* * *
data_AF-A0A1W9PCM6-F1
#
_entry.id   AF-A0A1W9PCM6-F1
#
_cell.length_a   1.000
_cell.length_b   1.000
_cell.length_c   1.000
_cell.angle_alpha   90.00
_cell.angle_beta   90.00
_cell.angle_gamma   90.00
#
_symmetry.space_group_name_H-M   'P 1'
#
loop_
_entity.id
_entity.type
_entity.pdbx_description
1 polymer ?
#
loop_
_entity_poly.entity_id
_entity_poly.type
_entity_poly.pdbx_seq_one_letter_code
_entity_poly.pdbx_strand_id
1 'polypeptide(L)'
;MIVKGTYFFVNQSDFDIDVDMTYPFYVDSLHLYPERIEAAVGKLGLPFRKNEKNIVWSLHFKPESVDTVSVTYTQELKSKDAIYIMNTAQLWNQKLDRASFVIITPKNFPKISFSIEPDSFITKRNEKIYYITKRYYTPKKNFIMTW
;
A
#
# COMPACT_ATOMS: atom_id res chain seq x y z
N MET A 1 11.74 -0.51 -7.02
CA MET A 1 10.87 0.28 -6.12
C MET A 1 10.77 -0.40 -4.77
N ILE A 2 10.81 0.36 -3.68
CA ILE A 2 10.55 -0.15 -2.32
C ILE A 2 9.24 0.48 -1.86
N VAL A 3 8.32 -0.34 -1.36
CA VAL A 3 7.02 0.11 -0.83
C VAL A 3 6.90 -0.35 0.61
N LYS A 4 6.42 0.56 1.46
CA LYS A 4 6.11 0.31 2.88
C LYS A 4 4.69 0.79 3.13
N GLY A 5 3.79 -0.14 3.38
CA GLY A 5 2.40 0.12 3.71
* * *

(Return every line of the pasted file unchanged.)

data_AF-A0A1W9PCM6-F1
#
_entry.id   AF-A0A1W9PCM6-F1
#
_cell.length_a   1.000
_cell.length_b   1.000
_cell.length_c   1.000
_cell.angle_alpha   90.00
_cell.angle_beta   90.00
_cell.angle_gamma   90.00
#
_symmetry.space_group_name_H-M   'P 1'
#
loop_
_entity.id
_entity.type
_entity.pdbx_description
1 polymer ?
#
loop_
_entity_poly.entity_id
_entity_poly.type
_entity_poly.pdbx_seq_one_letter_code
_entity_poly.pdbx_strand_id
1 'polypeptide(L)'
;MIVKGTYFFVNQSDFDIDVDMTYPFYVDSLHLYPERIEAAVGKLGLPFRKNEKNIVWSLHFKPESVDTVSVTYTQELKSKDAIYIMNTAQLWNQKLDRASFVIITPKNFPKISFSIEPDSFITKRNEKIYYITKRYYTPKKNFIMTW
;
A
#
# COMPACT_ATOMS: atom_id res chain seq x y z
N MET A 1 11.74 -0.51 -7.02
CA MET A 1 10.87 0.28 -6.12
C MET A 1 10.77 -0.40 -4.77
N ILE A 2 10.81 0.36 -3.68
CA ILE A 2 10.55 -0.15 -2.32
C ILE A 2 9.24 0.48 -1.86
N VAL A 3 8.32 -0.34 -1.36
CA VAL A 3 7.02 0.11 -0.83
C VAL A 3 6.90 -0.35 0.61
N LYS A 4 6.42 0.56 1.46
CA LYS A 4 6.11 0.31 2.88
C LYS A 4 4.69 0.79 3.13
N GLY A 5 3.79 -0.14 3.38
CA GLY A 5 2.40 0.12 3.71